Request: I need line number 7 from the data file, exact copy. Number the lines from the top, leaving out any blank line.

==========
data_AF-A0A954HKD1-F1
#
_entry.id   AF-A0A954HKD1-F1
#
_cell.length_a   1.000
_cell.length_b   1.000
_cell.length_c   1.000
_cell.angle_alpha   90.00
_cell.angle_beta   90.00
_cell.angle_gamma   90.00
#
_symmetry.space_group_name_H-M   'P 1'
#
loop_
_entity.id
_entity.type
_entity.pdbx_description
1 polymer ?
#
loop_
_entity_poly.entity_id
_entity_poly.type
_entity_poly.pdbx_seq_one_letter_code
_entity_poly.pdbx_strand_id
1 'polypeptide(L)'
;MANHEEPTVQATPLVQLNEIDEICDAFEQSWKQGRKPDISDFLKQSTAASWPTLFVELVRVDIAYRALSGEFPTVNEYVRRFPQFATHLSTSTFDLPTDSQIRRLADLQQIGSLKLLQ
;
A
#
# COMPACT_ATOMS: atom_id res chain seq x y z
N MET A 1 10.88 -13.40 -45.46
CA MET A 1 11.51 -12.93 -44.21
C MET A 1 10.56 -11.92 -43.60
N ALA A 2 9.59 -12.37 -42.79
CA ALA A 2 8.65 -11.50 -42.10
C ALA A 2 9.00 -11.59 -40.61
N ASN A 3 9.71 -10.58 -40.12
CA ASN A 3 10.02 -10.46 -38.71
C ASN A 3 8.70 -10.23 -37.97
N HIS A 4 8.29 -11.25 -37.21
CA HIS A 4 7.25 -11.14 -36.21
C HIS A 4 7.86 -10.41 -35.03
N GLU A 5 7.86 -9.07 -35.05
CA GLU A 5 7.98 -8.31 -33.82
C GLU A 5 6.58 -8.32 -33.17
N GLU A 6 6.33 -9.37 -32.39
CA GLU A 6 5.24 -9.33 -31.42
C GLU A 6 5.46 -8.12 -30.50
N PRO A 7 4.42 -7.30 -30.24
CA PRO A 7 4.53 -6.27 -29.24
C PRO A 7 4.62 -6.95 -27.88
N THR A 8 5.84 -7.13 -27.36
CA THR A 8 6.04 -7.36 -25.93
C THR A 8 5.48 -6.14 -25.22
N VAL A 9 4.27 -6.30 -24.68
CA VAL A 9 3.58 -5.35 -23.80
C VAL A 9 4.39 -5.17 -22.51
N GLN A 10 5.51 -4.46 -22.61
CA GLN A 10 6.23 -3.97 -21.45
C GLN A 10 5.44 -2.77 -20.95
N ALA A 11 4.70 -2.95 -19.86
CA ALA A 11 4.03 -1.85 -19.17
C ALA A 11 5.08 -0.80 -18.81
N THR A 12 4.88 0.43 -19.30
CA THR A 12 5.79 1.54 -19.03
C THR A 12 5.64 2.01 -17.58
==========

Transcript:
_cell.length_c   1.000